My tween returned home from another eventful day at fifth grade, and in addition to discussing how the spelling test went and which boys were kicking each other under the table, she had some questions about the upcoming election. She then busted out with, "So Mitt Romney's son owns all the voting machines and he's going to rig them and cheat to win."
After some questioning, my tween said she heard this from a classmate. While I'm pleased that the fifth grader are discussing the election, I have to admit to feeling a little disappointed that my tween was willing to buy into this so quickly and so completely. We've talked a lot about the election and I've tried hard to give her the chance to make up her own mind and not force my views down her throat, but perhaps I'd given her a bit too much space? I clearly hadn't done an adequate job in several respects, and so I jumped on this opportunity to talk about determining what is a valid sources and not believing everything she hears/reads. I don't want her to always be skeptical, but I don't want her to be gullible, either. Along those same lines, we talked about bias, and what that means in the media as well as for individuals and for tweens.
Although her initial response was to believe her friend, I told my tween that she needed to learn to find the truth herself. FactCheck.org says that "There’s no evidence of that. A spokesman for Tagg Romney’s private equity firm states that it has no stake in Hart InterCivic, a supplier of voting machines in two of Ohio’s 88 counties." The site went on to explain that "[i]t’s true that the voting machine supplier is controlled by an investment firm whose executives are some of the biggest donors to the Romney campaign, and it’s also true that Tagg Romney has done business with that investment firm. However, Hart InterCivic supplies electronic voting machines in just two of Ohio’s 88 counties, according to the Cleveland Plain Dealer. After a chat about how very wrong the internet can sometimes be, we checked out the About Us section of the FactCheck.org website and did outside research on the site to decide if it was trustworthy, and about the Plain Dealer.
So, that's one source, but is that source reliable? I may be a little too into research, or a little crazy, but I wanted her to find another source to verify those two. NPR had an article appropriately entitled "No, Romney's Son Is Not Gunning To Steal Ohio Vote By Rigging Voting Machines" that explained how the voting works in those 2 counties that use the voting machines, how the rumor seems to only apply to Ohio and not Virginia, which uses the same machines. My tween wasn't around for hanging chads and all that fun, so we talked about the logistics of how voting works, how absentee ballots work, and all the logistics of physically making your choices.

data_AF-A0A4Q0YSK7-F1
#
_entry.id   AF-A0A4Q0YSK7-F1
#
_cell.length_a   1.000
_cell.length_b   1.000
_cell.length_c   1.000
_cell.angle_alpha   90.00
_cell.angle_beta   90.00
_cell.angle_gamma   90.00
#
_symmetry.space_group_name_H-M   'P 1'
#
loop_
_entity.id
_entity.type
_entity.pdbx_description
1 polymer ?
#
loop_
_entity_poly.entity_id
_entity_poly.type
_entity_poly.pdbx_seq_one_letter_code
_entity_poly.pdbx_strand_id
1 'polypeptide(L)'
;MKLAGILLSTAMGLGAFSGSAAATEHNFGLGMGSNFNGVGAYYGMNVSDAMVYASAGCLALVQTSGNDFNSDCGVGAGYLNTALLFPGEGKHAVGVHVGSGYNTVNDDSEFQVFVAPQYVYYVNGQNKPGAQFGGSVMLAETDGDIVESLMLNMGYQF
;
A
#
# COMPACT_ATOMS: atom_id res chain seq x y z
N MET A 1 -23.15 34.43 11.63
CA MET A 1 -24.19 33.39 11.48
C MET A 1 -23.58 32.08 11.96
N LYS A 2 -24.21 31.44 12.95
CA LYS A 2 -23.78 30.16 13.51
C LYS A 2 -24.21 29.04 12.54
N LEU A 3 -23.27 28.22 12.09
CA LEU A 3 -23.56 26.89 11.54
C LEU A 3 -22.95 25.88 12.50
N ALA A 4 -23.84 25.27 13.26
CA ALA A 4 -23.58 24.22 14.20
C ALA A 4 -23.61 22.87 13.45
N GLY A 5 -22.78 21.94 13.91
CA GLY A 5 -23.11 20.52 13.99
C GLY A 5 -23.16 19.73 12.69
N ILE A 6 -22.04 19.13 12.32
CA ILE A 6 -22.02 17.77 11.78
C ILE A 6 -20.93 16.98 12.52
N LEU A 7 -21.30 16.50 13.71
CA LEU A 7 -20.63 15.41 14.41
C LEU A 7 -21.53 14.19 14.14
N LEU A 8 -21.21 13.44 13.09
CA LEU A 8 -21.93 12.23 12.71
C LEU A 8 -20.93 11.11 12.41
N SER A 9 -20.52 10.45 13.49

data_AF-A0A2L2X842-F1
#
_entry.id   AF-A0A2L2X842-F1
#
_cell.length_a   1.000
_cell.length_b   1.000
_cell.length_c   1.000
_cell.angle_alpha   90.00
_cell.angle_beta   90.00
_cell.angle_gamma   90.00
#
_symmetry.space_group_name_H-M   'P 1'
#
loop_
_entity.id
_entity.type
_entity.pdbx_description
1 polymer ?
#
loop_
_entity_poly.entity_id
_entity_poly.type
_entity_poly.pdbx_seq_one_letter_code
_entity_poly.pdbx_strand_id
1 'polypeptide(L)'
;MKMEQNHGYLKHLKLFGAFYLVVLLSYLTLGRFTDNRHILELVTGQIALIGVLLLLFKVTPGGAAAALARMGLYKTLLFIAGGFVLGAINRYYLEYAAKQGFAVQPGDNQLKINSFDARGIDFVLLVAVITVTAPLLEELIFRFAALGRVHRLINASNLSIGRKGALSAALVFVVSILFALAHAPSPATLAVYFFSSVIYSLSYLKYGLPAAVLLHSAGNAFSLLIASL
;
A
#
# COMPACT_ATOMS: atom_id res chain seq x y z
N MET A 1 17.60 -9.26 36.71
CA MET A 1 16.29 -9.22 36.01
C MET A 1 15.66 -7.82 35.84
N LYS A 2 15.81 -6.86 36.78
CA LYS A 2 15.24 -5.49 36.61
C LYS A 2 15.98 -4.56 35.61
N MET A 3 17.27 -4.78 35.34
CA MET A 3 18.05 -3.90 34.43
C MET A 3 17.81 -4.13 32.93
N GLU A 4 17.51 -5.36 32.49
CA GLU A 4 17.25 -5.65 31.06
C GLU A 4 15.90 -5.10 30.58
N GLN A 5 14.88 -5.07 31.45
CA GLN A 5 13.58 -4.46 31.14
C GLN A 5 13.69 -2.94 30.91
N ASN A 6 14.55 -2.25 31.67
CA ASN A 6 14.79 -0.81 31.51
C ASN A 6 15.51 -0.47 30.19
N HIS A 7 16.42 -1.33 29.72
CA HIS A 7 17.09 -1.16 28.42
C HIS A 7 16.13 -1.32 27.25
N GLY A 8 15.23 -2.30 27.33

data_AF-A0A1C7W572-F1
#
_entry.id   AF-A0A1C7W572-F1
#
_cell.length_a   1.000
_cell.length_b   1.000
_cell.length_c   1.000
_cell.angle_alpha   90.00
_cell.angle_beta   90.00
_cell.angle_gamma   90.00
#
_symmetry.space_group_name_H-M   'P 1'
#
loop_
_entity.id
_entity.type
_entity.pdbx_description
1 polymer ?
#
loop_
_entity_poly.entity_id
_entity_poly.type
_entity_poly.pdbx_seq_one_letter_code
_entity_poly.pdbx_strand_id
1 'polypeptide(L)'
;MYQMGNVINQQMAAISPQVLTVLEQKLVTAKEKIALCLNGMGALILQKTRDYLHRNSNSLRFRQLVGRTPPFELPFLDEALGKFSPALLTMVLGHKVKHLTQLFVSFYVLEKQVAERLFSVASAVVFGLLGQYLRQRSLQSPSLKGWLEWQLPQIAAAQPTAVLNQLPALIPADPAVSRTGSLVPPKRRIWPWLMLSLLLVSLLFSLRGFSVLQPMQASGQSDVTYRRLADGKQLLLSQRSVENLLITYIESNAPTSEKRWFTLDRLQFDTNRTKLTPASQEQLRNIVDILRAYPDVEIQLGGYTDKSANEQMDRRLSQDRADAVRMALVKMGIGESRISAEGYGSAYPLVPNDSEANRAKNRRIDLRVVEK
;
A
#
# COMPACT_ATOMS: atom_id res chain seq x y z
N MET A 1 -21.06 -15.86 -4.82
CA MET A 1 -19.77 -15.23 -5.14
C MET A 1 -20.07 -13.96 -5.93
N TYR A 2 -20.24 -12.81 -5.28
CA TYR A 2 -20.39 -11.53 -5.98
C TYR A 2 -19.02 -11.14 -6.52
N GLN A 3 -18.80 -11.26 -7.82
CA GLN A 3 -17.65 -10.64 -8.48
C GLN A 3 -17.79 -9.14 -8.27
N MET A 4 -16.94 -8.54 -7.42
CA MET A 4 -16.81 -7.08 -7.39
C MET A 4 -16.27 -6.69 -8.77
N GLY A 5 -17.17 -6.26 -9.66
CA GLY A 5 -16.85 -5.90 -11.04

In addition to a lesson about being an informed voter, this was also a teaching moment about word of mouth and how tween friends are not always right, be it about Romneys or 5th grade gossip or anything in between.
We didn't talk about the candidates or the issues. I've tried to give her space to make up her own mind, and did not mention my opinions at all during our fact checking fun. A couple eye rolls on her part made it clear that we may have different ideas of fun, but even if she doesn't see it as fun, I do see doing your research and thinking for yourself (or at least not believing what any Joe Shmoe tells you) as an obligation of democracy and one that I plan to continue teaching her.
My tween decided that these sources were a more reliable source than her friend. Victory!
I hope that she learned that it is important to verify. She may not have enjoyed this exercise, but I'm hoping it sticks with her and that when she's able to vote for President in 8 years (eek!) she will do her homework and so that she can be independent and intelligent when deciding how to cast her vote.